• 4. journal messages were more likely to have offered nurturant support (80.3%) than informational support (53.1%). 275 65 276 13 174 81 351 67 (n=335) JC (n=88) JP (n=412) FC (n=81) FP Informational Nurturant Figure 2. Offered Support 82.7% of forum posts provided informational support. For instance, users often introduced themselves by describing how much they drink. Users were less likely to start threads offering nurturant support (16%) such as encouragement to stay sober. Some messages offered both information and emotional support. Many comments (85.2%) offered information such as updates on a situation or answering questions in the posts, while a lesser majority (66.9%) offered emotional support such as sympathy. 92.0% of journal posts provided some form of information and less likely to have an emotional nature (73.8%). 51.2% of the comments offered some form of information in response to the journal post, whereas 82.0% of comments offered nurturant. Requested Support Forum users sought more informational support (24.9%) than emotional support (15%), and journal users sought more emotional support (14.6%) than information (10.6%). 14 32 26 36 28 12 64 59 (n=335) … (n=88) JP (n=412) … (n=81) FP Informational Nurturant Figure 3. Requested Support 72.8% forum posts sought information (i.e. recommended drugs for treatment). A smaller 44.4% sought emotional support. However, the comments had much less requested support. 15.5% sought informational support such as clarification of information and a minimal 6.3% were looking for emotional support such as validation. 13.6% journal posts sought information such as advice or other topics unrelated to alcohol abuse (i.e. pregnancy). Much more posts (36.3%) express need for emotional support. Conversely, in the comments there was significantly less requested support. 8.35% sought informational support such as clarification and a minimal 0.29% was looking for emotional support. For both samples, forum users were more likely to exchange information than any other type of support. Journal posts were more likely to request emotional support, and journal comments are likely to respond with provision of emotional support. This might be related to the connection between individuals using journals who interact at a more intimate level. Additionally, users may be using the forum as a way to reach out to a greater network to ask for opinions. Research on Yahoo! Answers portal shows a large percentage of users asking for opinions, which may indicate a need for advice on everyday decisions [26]. It seems that users choose each communication tool for different purposes [27]. Suggested Research In the subsequent phases of the preliminary study, investigations will be made to understand more about social relations among users who exchange social support. Social psychology research explored issues relationship intimacy and trust [28-29] as a factor for exchanging social support. People have relationships in different contexts of shared experience (i.e. work, family, book club) [11] and these relations may impact motives for participating in online support groups. The concept of social network analysis (i.e. measuring closeness of two individuals, the strength of their tie, and their social roles) to study how multiple individuals interact with each other in a larger group setting may be useful. A mixed methods approach would be needed to integrate study of social support types with relational dynamics. Contributions from research In this study, we have compared the social supports in forum and journal formats of MedHelp. The result in this work can be useful in many ways: (1) providing more insights to technological design factors and purpose behind supportive communications, and (2) providing insights on how online intervention program can be developed and promoted. ISSUES FOR DISCUSSION AT CONSORTIUM It would be wonderful to have the opportunity to discuss the pros and cons of this research direction that compares social media communication functions. Here are some specific questions: How to do further qualitative analysis and report results in such a way that multiple samples can be compared? Would social network analysis metrics be useful to this line of work, for future understanding of patterns of behavior (i.e. measuring in/out degrees, centrality, etc.)?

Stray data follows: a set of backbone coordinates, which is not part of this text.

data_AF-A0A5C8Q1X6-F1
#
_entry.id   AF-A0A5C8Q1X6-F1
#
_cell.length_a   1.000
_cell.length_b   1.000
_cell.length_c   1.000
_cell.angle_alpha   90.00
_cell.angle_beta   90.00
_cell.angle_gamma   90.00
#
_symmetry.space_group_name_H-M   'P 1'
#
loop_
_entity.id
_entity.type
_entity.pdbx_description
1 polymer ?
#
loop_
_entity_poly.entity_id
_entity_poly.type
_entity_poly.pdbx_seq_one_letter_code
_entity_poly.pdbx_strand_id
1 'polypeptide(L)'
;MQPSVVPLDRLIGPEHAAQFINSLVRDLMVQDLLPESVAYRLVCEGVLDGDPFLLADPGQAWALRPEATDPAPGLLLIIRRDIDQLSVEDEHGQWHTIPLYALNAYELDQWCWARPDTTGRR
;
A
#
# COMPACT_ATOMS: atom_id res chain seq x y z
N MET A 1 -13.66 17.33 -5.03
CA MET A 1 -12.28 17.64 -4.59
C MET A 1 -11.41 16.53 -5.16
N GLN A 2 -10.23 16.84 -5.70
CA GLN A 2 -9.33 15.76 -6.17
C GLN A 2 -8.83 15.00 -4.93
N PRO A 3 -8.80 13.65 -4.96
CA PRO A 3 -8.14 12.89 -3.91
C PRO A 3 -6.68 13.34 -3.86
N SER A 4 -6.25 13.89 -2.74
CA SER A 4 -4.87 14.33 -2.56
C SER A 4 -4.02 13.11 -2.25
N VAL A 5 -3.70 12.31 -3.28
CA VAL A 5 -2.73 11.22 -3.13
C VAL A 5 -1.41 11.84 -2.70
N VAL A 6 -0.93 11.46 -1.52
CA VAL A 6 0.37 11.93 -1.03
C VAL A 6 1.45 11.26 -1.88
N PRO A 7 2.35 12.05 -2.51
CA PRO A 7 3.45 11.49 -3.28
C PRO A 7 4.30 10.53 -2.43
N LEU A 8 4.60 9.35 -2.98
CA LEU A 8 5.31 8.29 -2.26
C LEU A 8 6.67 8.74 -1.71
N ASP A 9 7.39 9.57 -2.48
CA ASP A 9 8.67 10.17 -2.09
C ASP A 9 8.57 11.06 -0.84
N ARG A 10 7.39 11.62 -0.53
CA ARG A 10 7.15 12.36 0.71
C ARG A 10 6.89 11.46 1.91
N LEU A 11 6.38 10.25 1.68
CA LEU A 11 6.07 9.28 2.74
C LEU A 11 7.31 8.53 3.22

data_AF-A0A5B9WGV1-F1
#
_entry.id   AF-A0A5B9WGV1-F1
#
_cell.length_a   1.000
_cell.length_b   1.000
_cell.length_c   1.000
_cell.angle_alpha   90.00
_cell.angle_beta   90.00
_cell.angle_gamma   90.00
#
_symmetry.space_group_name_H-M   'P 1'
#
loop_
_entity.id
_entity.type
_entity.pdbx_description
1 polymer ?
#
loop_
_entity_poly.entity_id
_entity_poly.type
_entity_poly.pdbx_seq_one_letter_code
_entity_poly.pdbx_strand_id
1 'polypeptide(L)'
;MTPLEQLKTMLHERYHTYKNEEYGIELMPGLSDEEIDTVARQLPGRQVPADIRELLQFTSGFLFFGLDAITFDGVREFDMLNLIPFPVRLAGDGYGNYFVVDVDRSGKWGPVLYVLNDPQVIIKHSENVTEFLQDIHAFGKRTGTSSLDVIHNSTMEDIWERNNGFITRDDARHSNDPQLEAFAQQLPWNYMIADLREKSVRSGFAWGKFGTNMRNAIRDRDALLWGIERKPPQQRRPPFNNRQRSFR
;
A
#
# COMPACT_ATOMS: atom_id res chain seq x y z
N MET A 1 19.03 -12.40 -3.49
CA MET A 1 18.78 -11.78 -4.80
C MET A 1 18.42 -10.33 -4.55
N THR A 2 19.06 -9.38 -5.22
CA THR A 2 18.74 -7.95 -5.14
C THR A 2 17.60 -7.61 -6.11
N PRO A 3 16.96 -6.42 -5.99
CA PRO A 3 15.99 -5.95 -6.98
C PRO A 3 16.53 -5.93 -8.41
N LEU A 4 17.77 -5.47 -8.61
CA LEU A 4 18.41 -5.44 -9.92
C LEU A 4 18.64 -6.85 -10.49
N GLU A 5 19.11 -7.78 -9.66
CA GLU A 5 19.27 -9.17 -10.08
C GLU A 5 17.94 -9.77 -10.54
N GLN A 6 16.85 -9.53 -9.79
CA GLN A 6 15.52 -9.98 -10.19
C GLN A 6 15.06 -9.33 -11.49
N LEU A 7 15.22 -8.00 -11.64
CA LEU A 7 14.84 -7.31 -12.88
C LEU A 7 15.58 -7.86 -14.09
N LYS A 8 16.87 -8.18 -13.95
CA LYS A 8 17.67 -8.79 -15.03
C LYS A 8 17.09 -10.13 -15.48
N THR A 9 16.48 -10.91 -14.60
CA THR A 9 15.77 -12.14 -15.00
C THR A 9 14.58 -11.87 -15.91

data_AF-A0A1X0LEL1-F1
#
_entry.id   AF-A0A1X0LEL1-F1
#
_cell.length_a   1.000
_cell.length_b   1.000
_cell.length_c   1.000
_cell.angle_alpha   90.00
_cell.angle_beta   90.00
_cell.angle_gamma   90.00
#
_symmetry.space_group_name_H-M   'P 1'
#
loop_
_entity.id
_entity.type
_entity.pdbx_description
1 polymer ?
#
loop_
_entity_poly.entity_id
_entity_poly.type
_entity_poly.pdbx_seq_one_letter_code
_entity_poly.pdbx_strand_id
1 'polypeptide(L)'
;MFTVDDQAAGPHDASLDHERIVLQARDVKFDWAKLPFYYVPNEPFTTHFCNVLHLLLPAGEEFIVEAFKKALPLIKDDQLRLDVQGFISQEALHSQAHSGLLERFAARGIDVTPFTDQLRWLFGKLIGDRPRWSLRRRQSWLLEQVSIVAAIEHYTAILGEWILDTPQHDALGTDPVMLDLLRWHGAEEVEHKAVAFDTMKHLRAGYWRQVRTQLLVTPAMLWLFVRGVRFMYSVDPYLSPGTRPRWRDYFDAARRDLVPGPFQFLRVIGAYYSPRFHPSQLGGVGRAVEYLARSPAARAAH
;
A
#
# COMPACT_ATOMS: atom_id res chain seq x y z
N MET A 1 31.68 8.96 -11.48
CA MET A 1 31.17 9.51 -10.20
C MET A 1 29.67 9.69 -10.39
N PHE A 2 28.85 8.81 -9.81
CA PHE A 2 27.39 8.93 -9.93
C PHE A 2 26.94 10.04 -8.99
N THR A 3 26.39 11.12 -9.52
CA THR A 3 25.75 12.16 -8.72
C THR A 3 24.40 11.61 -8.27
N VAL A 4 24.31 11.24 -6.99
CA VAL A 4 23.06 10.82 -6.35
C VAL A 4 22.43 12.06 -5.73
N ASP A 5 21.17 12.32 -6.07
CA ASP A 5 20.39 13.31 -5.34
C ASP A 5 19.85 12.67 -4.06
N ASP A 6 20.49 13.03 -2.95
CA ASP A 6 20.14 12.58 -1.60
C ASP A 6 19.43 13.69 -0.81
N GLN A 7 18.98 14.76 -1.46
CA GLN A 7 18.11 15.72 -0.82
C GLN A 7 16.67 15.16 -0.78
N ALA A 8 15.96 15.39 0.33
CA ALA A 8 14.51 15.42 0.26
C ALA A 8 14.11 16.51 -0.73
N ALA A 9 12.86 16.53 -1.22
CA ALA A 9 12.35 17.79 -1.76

• 5. CONCLUSION The increase of people searching for health information online and using social media opens up a new door for considering this technology for online intervention programs. This paper summarized research literature relating to the study online support groups. A preliminary study was reported as an example of further research in the field. Some ideas for future studies were suggested as well as their contributions. REFERENCES 1. Fox, S. and S. Jones, The Social Life of Health Information Americans’ pursuit of health takes place within a widening network of both online and offline sources. 2009, Pew Internet & American Life Project. 2. Kielstra, P., Doctor innovation: Shaking up the health system. 2009, Economist Intelligence Unit. 3. Lindsay, S., et al., The health impact of an online heart disease support group: a comparison of moderated versus unmoderated support. Health Education Research, 2009. 24(4): p. 646-654. 4. 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